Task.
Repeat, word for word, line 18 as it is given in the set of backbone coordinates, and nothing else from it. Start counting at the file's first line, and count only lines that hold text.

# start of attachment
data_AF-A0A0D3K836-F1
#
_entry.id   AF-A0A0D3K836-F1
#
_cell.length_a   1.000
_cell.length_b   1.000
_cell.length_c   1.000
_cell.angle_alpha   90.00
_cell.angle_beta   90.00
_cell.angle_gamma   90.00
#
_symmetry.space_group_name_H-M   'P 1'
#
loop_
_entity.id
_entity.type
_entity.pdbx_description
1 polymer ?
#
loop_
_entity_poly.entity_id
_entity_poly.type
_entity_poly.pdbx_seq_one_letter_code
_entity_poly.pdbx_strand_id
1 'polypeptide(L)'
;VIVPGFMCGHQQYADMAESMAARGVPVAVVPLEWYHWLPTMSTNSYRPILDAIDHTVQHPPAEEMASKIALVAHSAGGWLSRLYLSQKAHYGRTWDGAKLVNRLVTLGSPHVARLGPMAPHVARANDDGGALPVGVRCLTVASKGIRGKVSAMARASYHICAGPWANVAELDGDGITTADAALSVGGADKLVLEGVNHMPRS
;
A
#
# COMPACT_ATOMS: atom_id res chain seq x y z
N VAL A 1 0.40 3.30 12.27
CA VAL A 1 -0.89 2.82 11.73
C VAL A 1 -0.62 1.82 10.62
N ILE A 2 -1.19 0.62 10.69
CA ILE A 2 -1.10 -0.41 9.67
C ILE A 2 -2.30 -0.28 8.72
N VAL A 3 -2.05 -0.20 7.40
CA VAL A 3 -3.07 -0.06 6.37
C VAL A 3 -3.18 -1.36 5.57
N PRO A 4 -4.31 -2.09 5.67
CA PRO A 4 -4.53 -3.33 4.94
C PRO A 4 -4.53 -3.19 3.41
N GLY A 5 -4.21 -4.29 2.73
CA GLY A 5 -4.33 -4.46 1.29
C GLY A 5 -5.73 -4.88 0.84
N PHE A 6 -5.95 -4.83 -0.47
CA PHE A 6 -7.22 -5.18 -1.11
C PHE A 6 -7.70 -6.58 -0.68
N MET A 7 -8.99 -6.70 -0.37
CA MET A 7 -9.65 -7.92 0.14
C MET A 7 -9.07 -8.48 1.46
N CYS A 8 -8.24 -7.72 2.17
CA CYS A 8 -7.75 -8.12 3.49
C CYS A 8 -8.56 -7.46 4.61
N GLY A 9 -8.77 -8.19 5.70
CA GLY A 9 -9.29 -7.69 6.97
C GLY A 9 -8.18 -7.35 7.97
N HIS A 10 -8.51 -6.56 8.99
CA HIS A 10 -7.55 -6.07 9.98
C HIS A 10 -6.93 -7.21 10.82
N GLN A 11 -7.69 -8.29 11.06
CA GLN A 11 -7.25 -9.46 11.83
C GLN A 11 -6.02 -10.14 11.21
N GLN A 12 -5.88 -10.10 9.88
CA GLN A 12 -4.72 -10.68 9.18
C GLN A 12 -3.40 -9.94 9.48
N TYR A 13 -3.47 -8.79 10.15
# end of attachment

1 polymer ?